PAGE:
Workday beats Wall Street Q4 expectations, looks to a return to stronger growth as economy improves
- Short term, revenue growth may slow, but Workday co-CEO Carl Eschenbach is looking further ahead.
It’s a reflection of the times that Workday yesterday turned in earnings that topped Wall Street expectations, but saw the share price slip on the basis of a forecasted short-term slowing down of growth due to the current macro-economic climate.
For Q4, Workday turned in revenue of $1.65 billion, up 19.6% from $1.38 billion in the comparable year-ago quarter, with a net income loss of $125.7 million. Subscription revenue was up 21.7% year-on-year to $1.5 billion for Q4 and 22.5% for the full year, hitting $5.5 billion. Overall full year revenue was up 21% to $6.22 billion with a net income loss of $366.8 million.
Other stats of note from the post-results analyst call:
- In Q4, Workday passed the 10,000 customers mark.
- More than 4,750 are core HCM and Financials customers.
- 629 billion transactions were processed during fiscal year 2023, up 42% year-on-year.
- Nearly half of all live Workday HCM customers are leveraging Workday Skills Cloud.
- Q4 saw the signing of seven new Fortune 500 customers and 11 new Global 2000 customers.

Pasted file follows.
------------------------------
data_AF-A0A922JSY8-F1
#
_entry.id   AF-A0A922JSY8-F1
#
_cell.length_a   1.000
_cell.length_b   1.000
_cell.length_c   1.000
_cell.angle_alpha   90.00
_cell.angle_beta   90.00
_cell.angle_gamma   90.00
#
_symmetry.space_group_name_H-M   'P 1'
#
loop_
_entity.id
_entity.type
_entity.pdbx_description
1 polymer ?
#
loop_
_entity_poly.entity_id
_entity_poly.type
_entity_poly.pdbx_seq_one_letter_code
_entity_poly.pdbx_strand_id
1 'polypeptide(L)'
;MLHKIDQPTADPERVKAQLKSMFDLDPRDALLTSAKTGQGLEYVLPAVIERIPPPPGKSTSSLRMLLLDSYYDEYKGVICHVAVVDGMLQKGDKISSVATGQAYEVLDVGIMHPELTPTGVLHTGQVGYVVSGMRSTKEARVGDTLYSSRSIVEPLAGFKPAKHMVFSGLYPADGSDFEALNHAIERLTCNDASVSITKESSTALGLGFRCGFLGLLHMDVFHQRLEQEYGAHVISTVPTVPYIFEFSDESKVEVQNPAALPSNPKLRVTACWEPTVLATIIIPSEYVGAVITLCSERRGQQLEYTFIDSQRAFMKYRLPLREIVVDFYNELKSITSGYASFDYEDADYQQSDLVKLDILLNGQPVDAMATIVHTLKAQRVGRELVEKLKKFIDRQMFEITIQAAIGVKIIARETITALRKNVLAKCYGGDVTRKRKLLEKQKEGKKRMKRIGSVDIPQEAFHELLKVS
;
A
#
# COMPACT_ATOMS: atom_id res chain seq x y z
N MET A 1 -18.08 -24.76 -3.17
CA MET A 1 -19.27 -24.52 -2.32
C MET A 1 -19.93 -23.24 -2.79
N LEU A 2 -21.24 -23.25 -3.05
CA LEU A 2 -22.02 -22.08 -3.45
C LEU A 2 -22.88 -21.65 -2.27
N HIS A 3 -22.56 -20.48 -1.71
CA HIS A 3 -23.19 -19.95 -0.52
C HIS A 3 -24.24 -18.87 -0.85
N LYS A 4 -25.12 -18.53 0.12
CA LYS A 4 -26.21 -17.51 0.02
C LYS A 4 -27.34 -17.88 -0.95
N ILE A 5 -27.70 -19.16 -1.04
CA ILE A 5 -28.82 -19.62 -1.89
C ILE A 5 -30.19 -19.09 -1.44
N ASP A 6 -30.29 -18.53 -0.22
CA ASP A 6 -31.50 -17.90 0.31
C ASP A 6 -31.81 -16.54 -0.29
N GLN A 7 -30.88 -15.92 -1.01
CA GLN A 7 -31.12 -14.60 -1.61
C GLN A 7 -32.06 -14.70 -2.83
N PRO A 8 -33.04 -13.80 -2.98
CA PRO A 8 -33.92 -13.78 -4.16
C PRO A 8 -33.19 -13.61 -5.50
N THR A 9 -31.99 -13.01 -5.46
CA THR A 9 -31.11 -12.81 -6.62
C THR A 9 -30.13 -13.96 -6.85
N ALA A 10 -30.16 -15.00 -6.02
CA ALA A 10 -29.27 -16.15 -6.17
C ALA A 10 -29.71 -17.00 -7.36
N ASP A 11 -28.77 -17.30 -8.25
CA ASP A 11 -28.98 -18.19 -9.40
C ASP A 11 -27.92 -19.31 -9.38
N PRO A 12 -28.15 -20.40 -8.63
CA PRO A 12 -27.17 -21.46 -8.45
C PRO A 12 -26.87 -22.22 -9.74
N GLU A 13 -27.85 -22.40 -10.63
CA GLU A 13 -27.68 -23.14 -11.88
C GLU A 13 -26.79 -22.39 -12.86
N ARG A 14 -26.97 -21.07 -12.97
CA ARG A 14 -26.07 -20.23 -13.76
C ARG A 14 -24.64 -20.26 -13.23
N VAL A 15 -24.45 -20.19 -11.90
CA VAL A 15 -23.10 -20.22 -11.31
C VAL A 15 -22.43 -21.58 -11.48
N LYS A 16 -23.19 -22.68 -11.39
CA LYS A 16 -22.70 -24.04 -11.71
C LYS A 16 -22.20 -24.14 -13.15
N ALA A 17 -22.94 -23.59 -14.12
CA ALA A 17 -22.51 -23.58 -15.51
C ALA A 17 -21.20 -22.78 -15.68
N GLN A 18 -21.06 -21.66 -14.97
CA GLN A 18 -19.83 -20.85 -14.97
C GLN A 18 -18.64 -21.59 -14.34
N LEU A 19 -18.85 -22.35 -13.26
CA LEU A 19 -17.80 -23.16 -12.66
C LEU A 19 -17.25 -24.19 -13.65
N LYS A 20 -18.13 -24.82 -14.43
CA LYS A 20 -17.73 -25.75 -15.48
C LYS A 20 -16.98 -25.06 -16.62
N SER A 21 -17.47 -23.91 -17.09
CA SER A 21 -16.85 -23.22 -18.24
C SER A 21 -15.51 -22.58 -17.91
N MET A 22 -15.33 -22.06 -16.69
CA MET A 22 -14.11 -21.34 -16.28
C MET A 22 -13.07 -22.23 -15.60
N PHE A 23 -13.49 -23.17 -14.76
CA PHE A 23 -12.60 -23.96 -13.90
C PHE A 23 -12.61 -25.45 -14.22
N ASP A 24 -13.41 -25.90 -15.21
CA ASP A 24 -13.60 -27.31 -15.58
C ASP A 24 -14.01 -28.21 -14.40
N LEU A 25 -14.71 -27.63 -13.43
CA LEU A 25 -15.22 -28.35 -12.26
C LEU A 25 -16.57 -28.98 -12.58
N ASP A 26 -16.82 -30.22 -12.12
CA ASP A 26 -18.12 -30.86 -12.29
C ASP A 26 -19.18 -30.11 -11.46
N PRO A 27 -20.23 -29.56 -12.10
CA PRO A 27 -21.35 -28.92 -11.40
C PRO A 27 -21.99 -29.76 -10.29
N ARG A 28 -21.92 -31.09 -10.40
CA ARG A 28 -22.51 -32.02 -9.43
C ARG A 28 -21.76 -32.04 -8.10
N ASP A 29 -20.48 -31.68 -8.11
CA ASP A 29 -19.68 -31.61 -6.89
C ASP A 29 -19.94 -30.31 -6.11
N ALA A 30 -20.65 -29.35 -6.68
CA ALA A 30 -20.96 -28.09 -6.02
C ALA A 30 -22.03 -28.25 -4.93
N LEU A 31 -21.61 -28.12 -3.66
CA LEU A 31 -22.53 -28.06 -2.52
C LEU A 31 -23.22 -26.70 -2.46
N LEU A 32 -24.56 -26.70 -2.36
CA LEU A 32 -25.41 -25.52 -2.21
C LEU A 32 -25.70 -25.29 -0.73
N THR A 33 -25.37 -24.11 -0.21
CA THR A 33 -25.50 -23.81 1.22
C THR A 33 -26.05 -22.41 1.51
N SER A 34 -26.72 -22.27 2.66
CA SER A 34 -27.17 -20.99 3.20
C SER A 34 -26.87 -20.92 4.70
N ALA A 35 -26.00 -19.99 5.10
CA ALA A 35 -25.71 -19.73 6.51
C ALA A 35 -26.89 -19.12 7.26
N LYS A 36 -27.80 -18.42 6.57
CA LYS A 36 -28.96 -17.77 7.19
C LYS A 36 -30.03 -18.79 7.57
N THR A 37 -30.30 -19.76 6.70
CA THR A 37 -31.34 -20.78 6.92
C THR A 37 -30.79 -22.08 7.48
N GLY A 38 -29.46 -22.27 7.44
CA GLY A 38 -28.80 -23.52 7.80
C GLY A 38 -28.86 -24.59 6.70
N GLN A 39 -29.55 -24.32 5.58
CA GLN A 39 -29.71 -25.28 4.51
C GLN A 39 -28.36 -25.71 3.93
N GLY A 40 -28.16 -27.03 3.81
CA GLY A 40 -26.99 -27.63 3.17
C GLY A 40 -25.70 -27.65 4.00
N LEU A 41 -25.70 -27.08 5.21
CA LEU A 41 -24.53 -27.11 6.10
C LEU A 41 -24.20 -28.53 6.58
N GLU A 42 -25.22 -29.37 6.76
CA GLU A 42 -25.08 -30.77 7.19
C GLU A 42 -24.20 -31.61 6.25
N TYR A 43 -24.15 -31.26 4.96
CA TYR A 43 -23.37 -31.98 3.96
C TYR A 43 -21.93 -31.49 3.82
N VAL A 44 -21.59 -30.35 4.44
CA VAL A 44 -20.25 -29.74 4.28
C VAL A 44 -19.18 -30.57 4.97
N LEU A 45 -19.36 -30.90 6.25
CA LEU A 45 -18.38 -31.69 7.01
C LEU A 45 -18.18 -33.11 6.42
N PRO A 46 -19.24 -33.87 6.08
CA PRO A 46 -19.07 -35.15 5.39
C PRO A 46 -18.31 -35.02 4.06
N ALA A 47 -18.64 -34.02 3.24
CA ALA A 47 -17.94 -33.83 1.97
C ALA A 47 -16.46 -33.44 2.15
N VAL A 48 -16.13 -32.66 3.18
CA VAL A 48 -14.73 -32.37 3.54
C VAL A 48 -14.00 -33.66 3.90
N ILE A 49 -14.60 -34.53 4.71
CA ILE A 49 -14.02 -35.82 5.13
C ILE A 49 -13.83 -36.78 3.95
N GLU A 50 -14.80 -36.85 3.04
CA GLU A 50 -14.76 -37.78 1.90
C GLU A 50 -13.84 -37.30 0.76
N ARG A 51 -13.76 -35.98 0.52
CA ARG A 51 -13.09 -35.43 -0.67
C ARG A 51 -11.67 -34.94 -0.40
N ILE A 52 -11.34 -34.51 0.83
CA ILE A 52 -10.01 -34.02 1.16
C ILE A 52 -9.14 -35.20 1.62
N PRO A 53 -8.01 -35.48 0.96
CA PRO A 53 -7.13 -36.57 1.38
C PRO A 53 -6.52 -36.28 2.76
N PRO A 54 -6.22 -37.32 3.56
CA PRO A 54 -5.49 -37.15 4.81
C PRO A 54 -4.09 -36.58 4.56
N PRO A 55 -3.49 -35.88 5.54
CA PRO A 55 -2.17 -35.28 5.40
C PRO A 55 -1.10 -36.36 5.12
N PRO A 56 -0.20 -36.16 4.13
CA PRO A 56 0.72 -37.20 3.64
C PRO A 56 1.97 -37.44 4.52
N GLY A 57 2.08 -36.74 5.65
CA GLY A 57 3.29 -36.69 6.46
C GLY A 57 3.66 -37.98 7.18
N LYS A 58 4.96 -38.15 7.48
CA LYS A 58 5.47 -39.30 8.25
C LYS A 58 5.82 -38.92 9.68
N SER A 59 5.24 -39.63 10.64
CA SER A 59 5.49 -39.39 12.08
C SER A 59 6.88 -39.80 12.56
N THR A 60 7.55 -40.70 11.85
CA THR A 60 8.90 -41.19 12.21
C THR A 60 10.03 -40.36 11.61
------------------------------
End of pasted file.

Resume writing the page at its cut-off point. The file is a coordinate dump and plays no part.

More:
- New logos include Allstate, Camping World, Cracker Barrel, Delaware North Companies, Mercedes-Benz Group, Whataburger, Fidelity National Title, Panda Restaurant Group, and the State of Georgia.
The macro-economic climate remains tough, but co-CEO Carl Eschenbach said:
Despite a macro environment that remains uncertain and that no one is immune from, we drove strong close rates in Q4 and built a healthy pipeline for the year ahead. Our team was prepared to respond to the extra scrutiny we knew would come with deals in this environment. And because of that, we are heading into our new fiscal year in a position of strength…While we continue to see certain sales cycles, primarily net new opportunities, taking longer than normal to close, our FY 2024 subscription revenue guidance prudently factors this in. And we are positioning the business to return to 20% plus subscription revenue growth when the environment improves, while simultaneously delivering margin expansion.
So that’s the promise, what’s the plan to achieve it? Now 60 days into his role as co-CEO, Eschenbach has a vision:
As far as what we're seeing in the environment to think about getting back to a 20% growth, we see plenty of opportunity to continue to invest in the business, both on the go-to-market side with additional sales capacity in quota-carrying reps, as well as continued investment in product and technology…We see continued opportunity in our international business, both in EMEA and in APJ. Today, we have only 25% of our business coming from our international operation, yet it represents greater than 50% of our TAM [Total Addressable Market]. So we see a really big opportunity there.
Expect additional focus on the finance market as well:
We also think we're going to double down even further on our FINS opportunity, both to sell back into our customer base, as well into net new. We see this as a rich opportunity. We did a nice job in Q4 selling back into our HCM base with our FINS solution, and we think that's something we can do a lot more of.